I love puff pastry. It has the ability to make an appetizer, main course or dessert seem extra special. I had gotten into the habit of buying my puff pastry because I have made traditional French puff pastry in the past and it is a bit of a chore. So much so that I gave myself permission to buy the pre-made stuff from the market (I don’t give myself permission to do that easily). Why? Mostly because i’m a fussy pain in the butt. I also have gotten so accustomed to making everything from scratch that I actually feel a sense of guilt when I buy a pre-made product for my own convenience. I think it is possible I am a little hard on myself. I also know that at this point the odds of that changing are not stellar. So I do try to find a better way when possible to make things from scratch that are “less” of a chore. This recipe for quick puff pastry is one of those ways.
I have mentioned in the past that I am an avid (obsessed) book collector. I own hundreds of them and don’t foresee adding to my collection slowing down in the near future. Not because I am trying to be wasteful, but because I learn from reading. I learned so many of my home keeping/homesteading/urban farming skills from books. That said, I often look over my many shelves of books searching for new ideas. I am embarrassed to admit have several books I have never cooked or baked from. I always mean to, but life is hectic and I push things off waiting for that calm moment when I can leisurely select recipes from the pile I have marked with post-its and slips of paper I use as bookmarks. If you go through my books I have so many interesting recipes marked, so many projects and crafts I honestly mean to get to….and I will. But probably not today and tomorrow does not look good either….
Anyway, every once in a while I steal a moment for myself to indulge in a recipe or project that really looked interesting to me. I put them on my to do list (sometimes for weeks). This recipe was one such recipe (it didn’t seem like I would ever stop yapping and get to the recipe…i’m so sorry, I’m a Mommy and starved for adult conversation….you guys are my friends….I wait all day to talk to you all).
This makes a really good substitute for the real deal fancy French puff pastry. It is not at all hard to make and yes, it it worth the time it does take. This recipe is adapted from Bake by Nick Malgieri page 50-52. Lets make some puff pastry shall we?
Quick Puff Pastry
This recipe makes about 1 1/2 pounds of dough
10 ounces (2 1/2 sticks) unsalted butter very very cold
2 cups all purpose flour (spoon in to the dry measure and level off)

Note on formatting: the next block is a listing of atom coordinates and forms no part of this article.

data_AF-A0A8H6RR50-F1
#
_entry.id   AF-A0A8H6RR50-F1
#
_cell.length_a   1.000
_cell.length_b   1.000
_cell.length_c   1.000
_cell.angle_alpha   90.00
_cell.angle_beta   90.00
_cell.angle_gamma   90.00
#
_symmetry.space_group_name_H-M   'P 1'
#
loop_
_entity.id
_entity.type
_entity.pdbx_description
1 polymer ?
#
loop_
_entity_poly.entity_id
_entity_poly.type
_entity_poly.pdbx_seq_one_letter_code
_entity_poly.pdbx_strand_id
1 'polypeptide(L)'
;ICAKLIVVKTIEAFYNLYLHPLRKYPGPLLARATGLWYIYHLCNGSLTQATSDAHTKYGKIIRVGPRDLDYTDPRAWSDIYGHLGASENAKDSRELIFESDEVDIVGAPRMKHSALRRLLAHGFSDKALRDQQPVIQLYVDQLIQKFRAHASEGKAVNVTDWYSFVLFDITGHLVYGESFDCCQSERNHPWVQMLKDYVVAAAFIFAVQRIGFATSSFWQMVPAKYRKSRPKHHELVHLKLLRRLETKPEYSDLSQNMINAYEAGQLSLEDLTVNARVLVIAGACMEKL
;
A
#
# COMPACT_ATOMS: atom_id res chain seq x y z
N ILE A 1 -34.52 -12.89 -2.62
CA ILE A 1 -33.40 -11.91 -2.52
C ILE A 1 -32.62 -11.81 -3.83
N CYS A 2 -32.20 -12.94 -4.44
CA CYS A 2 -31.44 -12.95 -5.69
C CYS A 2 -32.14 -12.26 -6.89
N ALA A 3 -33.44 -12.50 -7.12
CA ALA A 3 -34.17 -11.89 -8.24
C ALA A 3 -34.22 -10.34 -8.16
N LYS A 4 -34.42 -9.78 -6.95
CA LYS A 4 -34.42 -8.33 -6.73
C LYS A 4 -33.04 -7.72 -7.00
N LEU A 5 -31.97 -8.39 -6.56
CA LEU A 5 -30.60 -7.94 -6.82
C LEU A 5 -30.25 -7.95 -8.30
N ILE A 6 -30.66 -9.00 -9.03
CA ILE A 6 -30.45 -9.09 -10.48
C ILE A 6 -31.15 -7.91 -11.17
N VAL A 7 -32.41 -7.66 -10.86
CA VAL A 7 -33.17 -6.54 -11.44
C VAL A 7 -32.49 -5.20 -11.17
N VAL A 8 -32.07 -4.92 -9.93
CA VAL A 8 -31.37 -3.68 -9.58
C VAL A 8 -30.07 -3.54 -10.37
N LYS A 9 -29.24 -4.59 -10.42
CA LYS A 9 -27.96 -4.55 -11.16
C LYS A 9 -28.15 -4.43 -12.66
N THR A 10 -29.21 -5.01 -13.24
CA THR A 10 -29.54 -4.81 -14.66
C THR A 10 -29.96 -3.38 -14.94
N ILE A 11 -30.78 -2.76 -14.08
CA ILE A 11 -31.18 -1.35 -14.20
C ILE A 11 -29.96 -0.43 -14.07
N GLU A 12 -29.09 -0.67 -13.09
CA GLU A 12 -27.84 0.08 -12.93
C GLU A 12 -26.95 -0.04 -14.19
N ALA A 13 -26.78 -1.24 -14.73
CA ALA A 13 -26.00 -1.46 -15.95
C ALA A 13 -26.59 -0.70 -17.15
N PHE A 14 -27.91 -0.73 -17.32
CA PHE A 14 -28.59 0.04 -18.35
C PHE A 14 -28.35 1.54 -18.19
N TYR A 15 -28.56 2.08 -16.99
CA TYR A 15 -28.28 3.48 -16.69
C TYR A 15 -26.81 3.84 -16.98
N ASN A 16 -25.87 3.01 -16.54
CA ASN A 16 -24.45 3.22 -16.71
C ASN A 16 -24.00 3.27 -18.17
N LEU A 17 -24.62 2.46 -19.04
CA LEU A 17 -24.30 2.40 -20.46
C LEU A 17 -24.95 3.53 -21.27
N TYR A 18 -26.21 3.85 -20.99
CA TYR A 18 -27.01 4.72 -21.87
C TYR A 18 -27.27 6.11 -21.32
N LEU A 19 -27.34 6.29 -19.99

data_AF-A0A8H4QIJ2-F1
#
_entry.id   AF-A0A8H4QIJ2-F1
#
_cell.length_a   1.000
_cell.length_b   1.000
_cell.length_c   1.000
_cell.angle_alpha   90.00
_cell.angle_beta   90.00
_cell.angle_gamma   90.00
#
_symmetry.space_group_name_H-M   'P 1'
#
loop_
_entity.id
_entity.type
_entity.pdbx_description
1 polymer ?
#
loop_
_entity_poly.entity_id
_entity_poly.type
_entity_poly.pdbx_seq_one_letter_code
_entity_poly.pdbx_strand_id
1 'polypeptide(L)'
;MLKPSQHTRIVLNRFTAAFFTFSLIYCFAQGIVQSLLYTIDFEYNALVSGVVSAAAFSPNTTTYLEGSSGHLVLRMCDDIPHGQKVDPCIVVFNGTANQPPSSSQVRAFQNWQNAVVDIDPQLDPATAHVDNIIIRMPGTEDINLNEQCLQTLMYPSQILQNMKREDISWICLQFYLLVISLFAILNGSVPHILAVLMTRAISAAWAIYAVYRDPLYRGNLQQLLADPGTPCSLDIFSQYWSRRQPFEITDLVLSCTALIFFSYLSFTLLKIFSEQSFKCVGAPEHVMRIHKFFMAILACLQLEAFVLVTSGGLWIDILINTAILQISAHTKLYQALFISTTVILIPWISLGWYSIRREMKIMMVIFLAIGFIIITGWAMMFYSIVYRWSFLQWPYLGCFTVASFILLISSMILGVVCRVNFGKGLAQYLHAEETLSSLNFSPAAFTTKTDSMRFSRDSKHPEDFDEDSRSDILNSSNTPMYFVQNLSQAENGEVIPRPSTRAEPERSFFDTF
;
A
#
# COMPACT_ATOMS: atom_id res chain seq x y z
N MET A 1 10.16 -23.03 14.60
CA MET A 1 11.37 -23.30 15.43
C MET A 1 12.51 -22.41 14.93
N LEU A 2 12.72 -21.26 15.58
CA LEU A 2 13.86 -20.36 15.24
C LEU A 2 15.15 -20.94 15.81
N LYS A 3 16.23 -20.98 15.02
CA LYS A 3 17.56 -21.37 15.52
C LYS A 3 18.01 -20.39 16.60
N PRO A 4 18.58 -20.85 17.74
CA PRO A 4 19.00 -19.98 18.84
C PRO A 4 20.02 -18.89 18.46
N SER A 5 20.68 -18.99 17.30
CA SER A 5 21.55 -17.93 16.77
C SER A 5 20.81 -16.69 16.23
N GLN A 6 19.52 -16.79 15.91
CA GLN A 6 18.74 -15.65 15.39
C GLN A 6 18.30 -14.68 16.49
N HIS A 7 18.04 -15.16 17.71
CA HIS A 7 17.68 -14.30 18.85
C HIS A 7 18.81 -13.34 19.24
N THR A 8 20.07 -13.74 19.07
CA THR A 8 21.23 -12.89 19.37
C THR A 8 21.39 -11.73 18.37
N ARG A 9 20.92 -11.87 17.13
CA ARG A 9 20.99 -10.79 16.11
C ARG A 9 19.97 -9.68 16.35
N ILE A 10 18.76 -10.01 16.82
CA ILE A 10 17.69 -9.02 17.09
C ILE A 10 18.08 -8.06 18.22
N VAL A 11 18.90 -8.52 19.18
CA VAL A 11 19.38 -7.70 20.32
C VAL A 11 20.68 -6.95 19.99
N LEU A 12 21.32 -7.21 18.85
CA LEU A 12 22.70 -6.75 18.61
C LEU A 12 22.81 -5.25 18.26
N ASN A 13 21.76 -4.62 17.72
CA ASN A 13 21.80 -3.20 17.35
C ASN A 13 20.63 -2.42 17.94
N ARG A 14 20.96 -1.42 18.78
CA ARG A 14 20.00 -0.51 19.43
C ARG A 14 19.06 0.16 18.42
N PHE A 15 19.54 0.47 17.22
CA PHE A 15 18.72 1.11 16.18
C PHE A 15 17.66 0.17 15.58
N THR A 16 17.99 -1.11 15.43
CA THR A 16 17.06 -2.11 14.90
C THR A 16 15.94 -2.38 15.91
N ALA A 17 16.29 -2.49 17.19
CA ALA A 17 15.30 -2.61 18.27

3/4 teaspoon salt
2/3 cup cold water
Storage: This dough keeps well in the fridge for up to 5 days. Double wrap the dough and you can freeze it for 1 month.
Here we go...
1. Cut 2 sticks of the butter into 1/4 inch cubes. Scrape them onto a plate and put them in the fridge.
2. Put the flour and salt in the bowl of your food processor and pulse to mix. Cut the remaining butter (4 tablespoons) into slivers and add to the work bowl of the processor. Combine until no visible butter remains.
3. Add the chilled butter cubes and give three 1-second pulses. Add half the water and pulse once. Add the remaining water and pulse twice. The dough will not form a ball. Remove the blade carefully.
4. Scrape the dough from the bowl onto a floured surface and then lightly flour the top of the dough. Use your hands to squeeze and shape the dough into a cylinder, and then press down on the dough to flatten it into a rectangle.
5. Flour the surface and the dough, and starting at the narrow end of the rectangle farthest from you, use a rolling pin to press the dough firmly in parallel strokes close to each other. If there are sticky pieces of butter on the surface of the dough, seal them with a large pinch of flour, making sure to clean off anything stuck to the rolling pin before continuing. Repeat the pressing motion again from close to farther narrow end of the dough.
6. Press the dough once along the width; it should be a rectangle about 1/2 inch thick. Once again, flour under and on top of the dough and roll the dough away and back toward you in the length and once in the width, without rolling over he ends in the same direction, to make a rectangle about 18 inches long and 8 inches wide.
7. Fold the two 8 inch ends of the dough in toward the middle of the rectangle. Leaving a 1 inch space in the middle. Fold the bottom up to the top to form 4 layers of dough. Reposition the dough so that the folded edge that resembles the spine of a book is on your left. Rolling and folding the dough is known as giving the dough a turn.
Repeat steps 5, 6, and 7.
Repeat steps 5. 6. and 7 again.
Wrap the dough and refrigerate for at least 3 hours to firm up and rest its elasticity before attempting to use it.
When the dough is fully rested and chilled its ready to use in any way you would like. I cut this dough in half to show you the layers…
This dough is wonderful wrapped around a small wheel of brie and topped with brown sugar and walnuts and an hors d’ oeuvre. Or topping off a bowl of stew to create a pot pie of sorts. Perhaps wrapped around a chicken breast stuffed with sun dried tomatoes and fontina cheese served with a lemon white wine sauce…..Wrapped around a seared filet mignon topped with sautéed mushrooms with a brandy sauce….or something as simple as palmier cookies or as the crust to a crisp apple tart….its good stuff to have around. Make some, you will be glad you did.